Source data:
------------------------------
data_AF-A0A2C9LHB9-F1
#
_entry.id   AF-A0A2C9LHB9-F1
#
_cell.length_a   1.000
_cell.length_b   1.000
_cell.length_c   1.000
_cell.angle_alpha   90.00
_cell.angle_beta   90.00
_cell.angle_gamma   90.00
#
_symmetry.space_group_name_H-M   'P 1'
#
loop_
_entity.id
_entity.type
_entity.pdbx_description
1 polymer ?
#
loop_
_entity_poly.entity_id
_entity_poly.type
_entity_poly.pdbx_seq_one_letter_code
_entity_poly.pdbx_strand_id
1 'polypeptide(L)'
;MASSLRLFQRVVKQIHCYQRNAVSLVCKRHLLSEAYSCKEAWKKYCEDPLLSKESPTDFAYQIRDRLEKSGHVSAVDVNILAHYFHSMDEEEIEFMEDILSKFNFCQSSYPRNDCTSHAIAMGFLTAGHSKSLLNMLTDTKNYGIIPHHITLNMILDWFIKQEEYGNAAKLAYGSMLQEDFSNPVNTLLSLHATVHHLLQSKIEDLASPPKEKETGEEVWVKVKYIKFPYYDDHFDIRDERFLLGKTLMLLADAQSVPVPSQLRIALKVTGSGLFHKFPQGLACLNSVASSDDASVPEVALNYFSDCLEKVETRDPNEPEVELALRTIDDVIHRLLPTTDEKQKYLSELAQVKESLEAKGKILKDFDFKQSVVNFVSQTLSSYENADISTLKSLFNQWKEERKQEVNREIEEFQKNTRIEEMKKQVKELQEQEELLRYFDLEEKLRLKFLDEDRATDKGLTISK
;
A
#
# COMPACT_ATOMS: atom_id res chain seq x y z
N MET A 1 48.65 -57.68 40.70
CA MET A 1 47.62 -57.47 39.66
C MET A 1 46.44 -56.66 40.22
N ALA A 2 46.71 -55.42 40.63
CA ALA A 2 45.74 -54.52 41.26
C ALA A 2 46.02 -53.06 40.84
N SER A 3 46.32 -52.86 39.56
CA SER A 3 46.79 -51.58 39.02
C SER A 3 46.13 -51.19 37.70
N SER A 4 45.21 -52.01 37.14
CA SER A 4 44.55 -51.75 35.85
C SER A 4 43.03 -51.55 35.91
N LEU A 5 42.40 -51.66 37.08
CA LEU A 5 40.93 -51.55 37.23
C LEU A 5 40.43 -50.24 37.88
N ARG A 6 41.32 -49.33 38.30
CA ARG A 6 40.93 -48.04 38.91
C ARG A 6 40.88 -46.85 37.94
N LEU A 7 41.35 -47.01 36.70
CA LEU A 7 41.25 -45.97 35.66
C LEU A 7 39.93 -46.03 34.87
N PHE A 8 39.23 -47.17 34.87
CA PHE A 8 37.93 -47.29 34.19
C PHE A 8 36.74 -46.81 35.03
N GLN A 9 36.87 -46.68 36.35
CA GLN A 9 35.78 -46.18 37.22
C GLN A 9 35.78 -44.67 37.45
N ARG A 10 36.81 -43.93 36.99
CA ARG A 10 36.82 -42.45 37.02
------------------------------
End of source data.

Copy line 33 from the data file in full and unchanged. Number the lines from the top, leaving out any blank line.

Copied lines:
C MET A 1 46.44 -56.66 40.22